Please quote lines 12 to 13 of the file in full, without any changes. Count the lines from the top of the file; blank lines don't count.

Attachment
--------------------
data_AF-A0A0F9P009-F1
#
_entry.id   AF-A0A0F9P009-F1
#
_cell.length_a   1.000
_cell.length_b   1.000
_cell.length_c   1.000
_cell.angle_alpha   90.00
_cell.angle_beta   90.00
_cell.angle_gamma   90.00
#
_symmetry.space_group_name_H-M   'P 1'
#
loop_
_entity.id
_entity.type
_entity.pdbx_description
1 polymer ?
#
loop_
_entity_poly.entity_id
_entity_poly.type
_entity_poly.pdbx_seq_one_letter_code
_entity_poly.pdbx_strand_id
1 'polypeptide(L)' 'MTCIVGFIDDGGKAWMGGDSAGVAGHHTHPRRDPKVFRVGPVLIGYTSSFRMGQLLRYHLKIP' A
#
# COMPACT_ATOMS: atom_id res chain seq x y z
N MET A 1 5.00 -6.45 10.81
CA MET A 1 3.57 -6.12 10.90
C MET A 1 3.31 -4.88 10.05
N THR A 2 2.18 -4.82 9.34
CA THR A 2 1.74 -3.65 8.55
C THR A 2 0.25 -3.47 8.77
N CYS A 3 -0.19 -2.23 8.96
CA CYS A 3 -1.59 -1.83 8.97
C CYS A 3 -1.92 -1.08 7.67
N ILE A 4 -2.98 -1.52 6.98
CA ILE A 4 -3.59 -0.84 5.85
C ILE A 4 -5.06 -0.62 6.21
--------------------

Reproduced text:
_symmetry.space_group_name_H-M   'P 1'
#